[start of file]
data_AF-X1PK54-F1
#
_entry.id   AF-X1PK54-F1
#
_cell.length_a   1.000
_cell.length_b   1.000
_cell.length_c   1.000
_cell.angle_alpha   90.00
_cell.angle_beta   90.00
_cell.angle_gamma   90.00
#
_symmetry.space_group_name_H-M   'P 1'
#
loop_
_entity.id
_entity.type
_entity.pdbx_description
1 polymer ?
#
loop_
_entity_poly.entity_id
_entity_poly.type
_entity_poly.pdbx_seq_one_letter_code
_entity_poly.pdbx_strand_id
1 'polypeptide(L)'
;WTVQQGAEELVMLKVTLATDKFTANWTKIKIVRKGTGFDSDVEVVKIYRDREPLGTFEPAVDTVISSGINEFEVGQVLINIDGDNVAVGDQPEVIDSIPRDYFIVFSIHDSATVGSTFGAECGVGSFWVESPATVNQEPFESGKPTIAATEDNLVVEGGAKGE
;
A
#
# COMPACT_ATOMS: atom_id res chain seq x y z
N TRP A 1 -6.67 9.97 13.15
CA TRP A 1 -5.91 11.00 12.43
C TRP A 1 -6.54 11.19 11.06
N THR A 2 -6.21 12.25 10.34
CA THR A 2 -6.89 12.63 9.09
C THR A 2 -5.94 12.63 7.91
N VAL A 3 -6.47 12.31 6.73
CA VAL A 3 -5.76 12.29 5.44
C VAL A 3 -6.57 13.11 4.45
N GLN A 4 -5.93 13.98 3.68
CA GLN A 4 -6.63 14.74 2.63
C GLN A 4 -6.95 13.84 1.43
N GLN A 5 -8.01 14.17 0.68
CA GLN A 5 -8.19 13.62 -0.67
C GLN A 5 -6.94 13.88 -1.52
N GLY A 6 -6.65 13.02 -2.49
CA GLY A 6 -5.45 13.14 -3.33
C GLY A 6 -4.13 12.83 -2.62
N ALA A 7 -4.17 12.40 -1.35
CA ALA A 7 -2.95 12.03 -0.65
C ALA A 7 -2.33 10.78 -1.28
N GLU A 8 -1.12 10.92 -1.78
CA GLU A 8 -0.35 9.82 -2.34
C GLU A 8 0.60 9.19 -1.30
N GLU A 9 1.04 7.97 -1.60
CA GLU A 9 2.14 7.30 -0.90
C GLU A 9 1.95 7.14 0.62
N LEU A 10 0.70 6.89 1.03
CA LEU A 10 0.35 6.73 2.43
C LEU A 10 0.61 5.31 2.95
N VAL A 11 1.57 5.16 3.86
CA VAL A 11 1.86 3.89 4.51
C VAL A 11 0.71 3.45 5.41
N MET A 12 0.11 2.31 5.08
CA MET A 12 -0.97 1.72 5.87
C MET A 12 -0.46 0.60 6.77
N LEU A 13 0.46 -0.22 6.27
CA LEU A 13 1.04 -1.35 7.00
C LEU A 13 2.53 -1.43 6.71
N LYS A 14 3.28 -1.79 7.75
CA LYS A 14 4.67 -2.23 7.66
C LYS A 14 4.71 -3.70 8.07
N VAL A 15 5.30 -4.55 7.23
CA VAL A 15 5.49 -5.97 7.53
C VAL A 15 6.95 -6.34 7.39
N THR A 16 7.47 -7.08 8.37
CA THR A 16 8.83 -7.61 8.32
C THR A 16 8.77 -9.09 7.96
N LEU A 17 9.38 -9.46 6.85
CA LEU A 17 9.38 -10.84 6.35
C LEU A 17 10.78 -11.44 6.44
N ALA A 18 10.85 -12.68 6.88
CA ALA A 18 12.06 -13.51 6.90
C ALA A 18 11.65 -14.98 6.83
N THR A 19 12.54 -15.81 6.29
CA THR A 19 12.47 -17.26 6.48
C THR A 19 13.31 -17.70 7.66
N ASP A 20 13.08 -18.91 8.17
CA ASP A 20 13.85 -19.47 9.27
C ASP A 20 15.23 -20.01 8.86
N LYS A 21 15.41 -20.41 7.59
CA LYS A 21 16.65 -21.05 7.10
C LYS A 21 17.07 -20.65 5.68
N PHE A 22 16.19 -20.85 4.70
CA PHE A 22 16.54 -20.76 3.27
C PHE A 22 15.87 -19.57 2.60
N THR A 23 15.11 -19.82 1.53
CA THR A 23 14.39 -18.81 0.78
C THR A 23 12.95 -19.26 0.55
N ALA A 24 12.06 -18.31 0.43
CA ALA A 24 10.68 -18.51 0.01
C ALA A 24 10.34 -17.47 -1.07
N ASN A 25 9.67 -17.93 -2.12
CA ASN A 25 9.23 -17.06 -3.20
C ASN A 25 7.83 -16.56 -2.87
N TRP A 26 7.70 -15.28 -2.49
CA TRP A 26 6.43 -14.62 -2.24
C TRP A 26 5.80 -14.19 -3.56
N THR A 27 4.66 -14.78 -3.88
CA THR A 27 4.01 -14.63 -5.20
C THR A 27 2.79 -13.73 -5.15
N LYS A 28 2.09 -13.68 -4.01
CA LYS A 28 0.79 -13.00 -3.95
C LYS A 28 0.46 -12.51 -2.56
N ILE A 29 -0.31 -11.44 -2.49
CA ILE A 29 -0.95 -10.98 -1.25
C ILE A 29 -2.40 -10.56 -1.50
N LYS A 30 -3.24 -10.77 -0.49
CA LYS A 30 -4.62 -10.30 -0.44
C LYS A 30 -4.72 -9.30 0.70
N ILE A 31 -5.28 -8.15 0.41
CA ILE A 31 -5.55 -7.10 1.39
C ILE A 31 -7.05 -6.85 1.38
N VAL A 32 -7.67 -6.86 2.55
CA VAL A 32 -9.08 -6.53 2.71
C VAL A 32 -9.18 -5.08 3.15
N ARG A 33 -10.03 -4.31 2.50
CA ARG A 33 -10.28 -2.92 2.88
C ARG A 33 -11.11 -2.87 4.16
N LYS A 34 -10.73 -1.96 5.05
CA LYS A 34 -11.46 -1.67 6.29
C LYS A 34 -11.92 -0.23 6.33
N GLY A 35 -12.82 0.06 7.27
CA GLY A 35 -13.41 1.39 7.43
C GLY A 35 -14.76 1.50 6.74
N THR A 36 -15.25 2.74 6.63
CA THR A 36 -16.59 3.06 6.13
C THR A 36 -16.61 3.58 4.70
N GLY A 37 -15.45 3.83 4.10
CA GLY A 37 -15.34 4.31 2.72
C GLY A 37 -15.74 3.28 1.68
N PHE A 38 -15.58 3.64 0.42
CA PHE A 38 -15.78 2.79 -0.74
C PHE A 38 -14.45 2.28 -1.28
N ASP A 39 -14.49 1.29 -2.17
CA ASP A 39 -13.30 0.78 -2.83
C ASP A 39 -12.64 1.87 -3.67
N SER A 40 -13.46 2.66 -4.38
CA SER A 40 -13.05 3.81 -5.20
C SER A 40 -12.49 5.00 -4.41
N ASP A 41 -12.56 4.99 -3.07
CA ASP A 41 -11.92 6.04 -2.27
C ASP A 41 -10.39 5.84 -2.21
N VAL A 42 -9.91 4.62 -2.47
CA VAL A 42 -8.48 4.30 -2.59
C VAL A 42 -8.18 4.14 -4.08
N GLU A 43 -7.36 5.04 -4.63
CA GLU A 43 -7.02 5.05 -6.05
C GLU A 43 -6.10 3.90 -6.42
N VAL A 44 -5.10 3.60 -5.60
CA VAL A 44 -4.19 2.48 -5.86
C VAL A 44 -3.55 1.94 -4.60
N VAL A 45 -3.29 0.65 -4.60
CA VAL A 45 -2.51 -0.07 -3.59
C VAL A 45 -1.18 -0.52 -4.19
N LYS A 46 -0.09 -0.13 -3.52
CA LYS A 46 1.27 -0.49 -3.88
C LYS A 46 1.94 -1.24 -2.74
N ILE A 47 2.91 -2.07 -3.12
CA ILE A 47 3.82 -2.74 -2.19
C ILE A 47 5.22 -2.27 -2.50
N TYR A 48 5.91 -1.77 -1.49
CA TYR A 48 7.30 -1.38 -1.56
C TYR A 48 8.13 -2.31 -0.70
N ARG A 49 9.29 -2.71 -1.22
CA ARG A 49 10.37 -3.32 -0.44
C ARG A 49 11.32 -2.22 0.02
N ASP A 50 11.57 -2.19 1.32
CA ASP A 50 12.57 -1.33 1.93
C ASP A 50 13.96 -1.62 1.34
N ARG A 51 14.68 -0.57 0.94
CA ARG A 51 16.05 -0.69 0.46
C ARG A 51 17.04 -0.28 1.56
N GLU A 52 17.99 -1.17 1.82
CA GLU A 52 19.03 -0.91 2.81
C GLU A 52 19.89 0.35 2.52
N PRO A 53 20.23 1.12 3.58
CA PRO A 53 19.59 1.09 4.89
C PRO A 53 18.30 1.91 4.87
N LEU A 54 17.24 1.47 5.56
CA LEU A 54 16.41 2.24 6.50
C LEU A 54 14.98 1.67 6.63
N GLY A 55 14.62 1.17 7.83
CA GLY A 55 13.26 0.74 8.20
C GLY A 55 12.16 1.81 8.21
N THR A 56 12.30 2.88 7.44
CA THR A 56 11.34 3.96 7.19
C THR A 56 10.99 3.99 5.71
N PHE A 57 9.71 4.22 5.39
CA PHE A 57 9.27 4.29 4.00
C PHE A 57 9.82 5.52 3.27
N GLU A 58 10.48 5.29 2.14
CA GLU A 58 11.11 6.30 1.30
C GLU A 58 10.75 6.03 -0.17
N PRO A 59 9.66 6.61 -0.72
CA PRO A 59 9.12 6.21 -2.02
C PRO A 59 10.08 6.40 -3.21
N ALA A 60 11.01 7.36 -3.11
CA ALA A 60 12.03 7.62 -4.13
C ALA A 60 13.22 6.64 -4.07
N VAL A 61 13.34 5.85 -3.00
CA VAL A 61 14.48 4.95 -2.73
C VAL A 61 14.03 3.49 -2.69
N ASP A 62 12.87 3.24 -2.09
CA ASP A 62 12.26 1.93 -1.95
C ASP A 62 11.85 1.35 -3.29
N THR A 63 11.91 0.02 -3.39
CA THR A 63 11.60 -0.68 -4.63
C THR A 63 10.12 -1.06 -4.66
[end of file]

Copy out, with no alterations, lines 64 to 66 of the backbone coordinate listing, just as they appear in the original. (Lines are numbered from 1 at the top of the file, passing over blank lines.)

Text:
N MET A 12 0.11 2.31 5.08
CA MET A 12 -0.97 1.72 5.87
C MET A 12 -0.46 0.60 6.77